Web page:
Thoughts On Being Back On The Road

I’ve written and re-written this post a butt-load of times. And all that I read is “Boo hoo, poor me, I’m not at home.” After typing and deleting, and typing again I’ve finally gotten over my poor sob story of “I miss home”. Shut up, Me, I’m traveling.

The first couple weeks of travel is tough. Especially as a solo traveler.

Actually, let me take a step back. The first time I traveled solo was when I moved to Japan. I bawled my eyes out and told my dad, “I’m scared” as he held me tight and told me to be brave. Fast forward to a month ago, 2 years after I first left on my big solo trip. It was a simple hug and kiss from my parents, and a “Peace out, I’ll be back when I run out of money.” And my mom was like, “Yeah, you gotta do this when you’re young.” And I was like, “Cool, mom, thanks for the support. Love ya,” then got on my plane as if I was going to work and will be back for supper the next day. Don’t wait up, Ma.

Now I’ve been on the road for a little over a month. I’ll admit that it’s a big bag of emotions that suffocate you and blind you to the point that you hardly remember the cool sites that you saw that day. Emotions that have you stuck to your social media, reminiscing on times with friends and leaving you with a bad case of FOMO (Fear Of Missing Out). Don’t worry. That shit passes. (Hint: stay off social media).

It passes when you realize that this is what you’ve always wanted and now here you are. Doing it. It’s not my first time traveling long term, but the transition was different the last time. I was gone so long that I couldn’t give two shits what everyone else was doing back home. Plus I had a job and something to focus on, like learning Japanese (it took all my concentration).

I took a 6 month break in between travels and let me tell you, it was way too long. It was long enough to forget everything I had gained from being abroad: my confidence, my drive, my fearlessness– it all diminished as I transitioned myself back into the “real life” of work, pay bills, watch Netflix, drink, repeat lifestyle.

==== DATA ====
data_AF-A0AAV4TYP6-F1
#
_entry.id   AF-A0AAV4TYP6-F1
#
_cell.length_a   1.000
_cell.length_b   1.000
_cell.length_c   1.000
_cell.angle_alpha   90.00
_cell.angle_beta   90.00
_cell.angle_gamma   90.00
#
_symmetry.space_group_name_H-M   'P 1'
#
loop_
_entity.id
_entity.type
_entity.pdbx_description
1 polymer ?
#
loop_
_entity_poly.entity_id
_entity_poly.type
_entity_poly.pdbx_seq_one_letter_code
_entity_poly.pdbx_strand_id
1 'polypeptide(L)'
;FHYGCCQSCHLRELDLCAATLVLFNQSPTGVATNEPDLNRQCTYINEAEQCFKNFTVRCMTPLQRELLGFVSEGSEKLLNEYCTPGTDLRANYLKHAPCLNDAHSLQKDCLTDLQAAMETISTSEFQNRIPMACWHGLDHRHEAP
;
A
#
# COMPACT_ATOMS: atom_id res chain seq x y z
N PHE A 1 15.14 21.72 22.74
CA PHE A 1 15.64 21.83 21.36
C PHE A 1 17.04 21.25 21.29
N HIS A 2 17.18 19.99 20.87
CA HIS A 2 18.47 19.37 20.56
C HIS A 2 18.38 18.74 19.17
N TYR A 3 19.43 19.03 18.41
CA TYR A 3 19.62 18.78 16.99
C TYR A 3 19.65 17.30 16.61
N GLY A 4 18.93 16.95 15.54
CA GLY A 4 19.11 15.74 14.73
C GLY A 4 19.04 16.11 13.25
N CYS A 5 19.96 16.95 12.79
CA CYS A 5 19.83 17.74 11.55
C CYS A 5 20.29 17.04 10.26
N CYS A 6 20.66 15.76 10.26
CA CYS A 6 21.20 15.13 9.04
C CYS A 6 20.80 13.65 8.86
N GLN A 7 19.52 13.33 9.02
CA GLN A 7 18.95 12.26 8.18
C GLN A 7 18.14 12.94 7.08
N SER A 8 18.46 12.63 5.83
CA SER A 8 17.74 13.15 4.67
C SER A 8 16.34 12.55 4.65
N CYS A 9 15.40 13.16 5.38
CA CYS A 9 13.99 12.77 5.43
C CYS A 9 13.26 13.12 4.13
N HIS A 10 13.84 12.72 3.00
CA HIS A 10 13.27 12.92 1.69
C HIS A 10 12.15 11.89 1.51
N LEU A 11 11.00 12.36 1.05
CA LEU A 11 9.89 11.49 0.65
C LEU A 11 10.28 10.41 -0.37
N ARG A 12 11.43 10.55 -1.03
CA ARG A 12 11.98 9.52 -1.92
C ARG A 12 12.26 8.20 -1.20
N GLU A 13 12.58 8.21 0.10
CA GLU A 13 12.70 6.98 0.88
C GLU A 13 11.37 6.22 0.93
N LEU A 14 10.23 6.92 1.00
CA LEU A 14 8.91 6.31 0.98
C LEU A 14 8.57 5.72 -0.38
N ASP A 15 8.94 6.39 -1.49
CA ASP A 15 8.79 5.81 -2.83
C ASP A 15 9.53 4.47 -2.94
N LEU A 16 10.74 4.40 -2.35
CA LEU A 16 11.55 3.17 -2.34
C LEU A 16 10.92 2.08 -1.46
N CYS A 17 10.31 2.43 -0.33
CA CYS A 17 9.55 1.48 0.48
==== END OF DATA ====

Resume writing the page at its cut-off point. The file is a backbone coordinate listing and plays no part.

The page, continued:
Sure, I was a dumb lonely bucket of emotions, but I’ve gotten over that, and you will too. It just takes time as you continue to push yourself. Because you soon realize that no one is going to invite you to go out, you have to go out on your own; no one is going to suggest a place to go eat for you, you’ve got to find your own food; no one, not even the trusty ol’ internet machine, is going to help you when you’re standing at the bus terminal unsure of where to go, unless you ask. It’s you and only you, baby.

I guess what I’m trying to say is, if you really want something, go for it. Do it. Even if it breaks your heart to see the people you love and admire continue to do their daily activities without you. Whether it’s to travel, like myself, or to be a life coach, or a sexy DJ, just because no one else is doing the same thing that you are, doesn’t mean that you should pause your dreams.

Let’s put it this way: Life is short and we don’t have time to wait for the approval of others or for others to get on the same level as us. If you’re like me and you want something bad enough, the fear and loneliness that comes with pursuing your dream will dissipate and you’ll be left with a drive that tells you to keep going and friends that support you.

Since being back on the road I’ve visited beaches, drank with locals, danced salsa, taken a vast amount of bus rides, eaten so much beans and rice, rode horses, was kissed/sucked on by an old man with no shirt on (be jealous), eaten the best ceviche in the world, went three full days without speaking English, went three full days without sleeping in a bed, and I haven’t been in one place for more than 2 nights. Maybe these aren’t enviable qualities, but travel is such an adventure that even in the miserable times, the most interesting stories are told. And that’s all I want to do: tell a good story.

So, what story are you going to tell?

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